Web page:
Filing a Workers’ Compensation Claim
When injured on the job, employees are entitled to seek workers’ compensation benefits. These benefits include, but are not limited to lost wages, medical care, and disability benefits, depending on the situation. Filing workers’ compensation claims can be tricky, as each state has its own procedures. The personal injury attorneys at Biesterveld & Crook, LLC encourage those who are curious about the process to read this blog for information on filing workers' compensation claims and what to expect.
Where to Begin
Reporting your injury or occupational illness to your employer is the first step in the process. It is strongly recommended that this be done quickly, as the longer you wait, the more skeptical the employer and/or insurance company will be towards the legitimacy of your claim. Emergency treatment is also an obvious first step for a workers’ compensation claim.
Once receiving any necessary emergency treatment and reporting the injury to your employer, submitting forms to the employer’s insurance company is the next step. Often times the employer will provide the necessary forms and will submit them to insurance, but not always.
The deadline for these steps varies by state, so it’s important to know the time restrictions and file all of the required documentation as quickly as possible.
Kansas Specifications and Laws
In Kansas, the injured employee has 20 days from the date medical treatment was sought to report the incident to the employer. The employer is then required to submit a claim for the employee’s injury within 28 days. This claim is filed with the Workers’ Compensation Board.
If the injured employee wishes to choose the doctor they receive treatment from, Kansas law requires the insurance carrier provide only $500 to cover medical bills. Maximum limits also exist in regard to wage replacement benefits. Employees are entitled to two-thirds of their average weekly benefits. The injured party may also receive up to $155,000 in permanent total disability or up to $130,000 in permanent partial disability.
Claim denial in Kansas can lead to several dispute resolution options, such as mediation or a hearing. With either scenario, it’s strongly recommended the injured worker consult with an experienced personal injury attorney that has handled workers’ compensation matters.
To learn more about Kansas Workers’ Compensation Laws, read the state statute or visit the Kansas Department of Labor’s “Benefits Information for Injured Workers” page.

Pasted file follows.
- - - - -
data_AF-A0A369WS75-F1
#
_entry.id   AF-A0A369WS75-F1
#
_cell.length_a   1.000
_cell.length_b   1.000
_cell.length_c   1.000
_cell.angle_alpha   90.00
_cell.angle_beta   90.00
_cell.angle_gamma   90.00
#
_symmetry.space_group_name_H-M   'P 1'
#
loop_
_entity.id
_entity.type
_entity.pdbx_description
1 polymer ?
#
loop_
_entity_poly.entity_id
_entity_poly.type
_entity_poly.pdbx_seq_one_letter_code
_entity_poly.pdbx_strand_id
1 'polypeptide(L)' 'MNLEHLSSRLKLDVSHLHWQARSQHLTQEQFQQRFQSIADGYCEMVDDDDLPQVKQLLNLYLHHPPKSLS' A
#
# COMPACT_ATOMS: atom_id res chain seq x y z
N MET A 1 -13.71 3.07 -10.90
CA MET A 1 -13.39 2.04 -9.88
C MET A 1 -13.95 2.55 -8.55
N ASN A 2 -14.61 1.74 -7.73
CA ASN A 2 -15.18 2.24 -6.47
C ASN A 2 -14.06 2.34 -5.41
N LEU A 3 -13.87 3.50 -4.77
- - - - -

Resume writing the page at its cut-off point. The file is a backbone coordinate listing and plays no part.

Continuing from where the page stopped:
Missouri Specifications and Laws
Missouri serves as a no-fault system of coverage for work-related injuries and illnesses. This means the state requires employers to purchase workers’ compensation insurance. In Missouri, an injured employee has 30 days to inform their employer of the injury. The state then has a two-year time frame to file the claim with the Division of Workers’ Compensation.
Types of benefits for injured workers in Missouri include all reasonable and necessary medical care, temporary total disability, permanent partial disability, permanent total disability, and up to $5,000 in burial costs in the event of death. For more details about each of these benefits, visit the Missouri Department of Labor’s “Benefits Available” page.
Employers in Missouri have specific obligations, such as obtaining and posting notice of workers’ compensation insurance if the employer has five or more employees. The employer also has the right to choose the medical provider for the injured employee.
To learn more about Missouri Workers’ Compensation Laws, click here.
Insurance’s Role and Appeals
The insurance company handling the claim will conduct an investigation into the injuries and the events causing them. They will then approve or deny the claim. When a claim is approved, the injured party should start receiving benefits soon thereafter. If the claim is denied, the injured party has the right to an appeal. This is often the step in the process where a workers’ compensation attorney steps in to do a more extensive investigation by gathering evidence to bolster the claim. This can sometimes lead to negotiations with the insurance company but can also lead to a trial.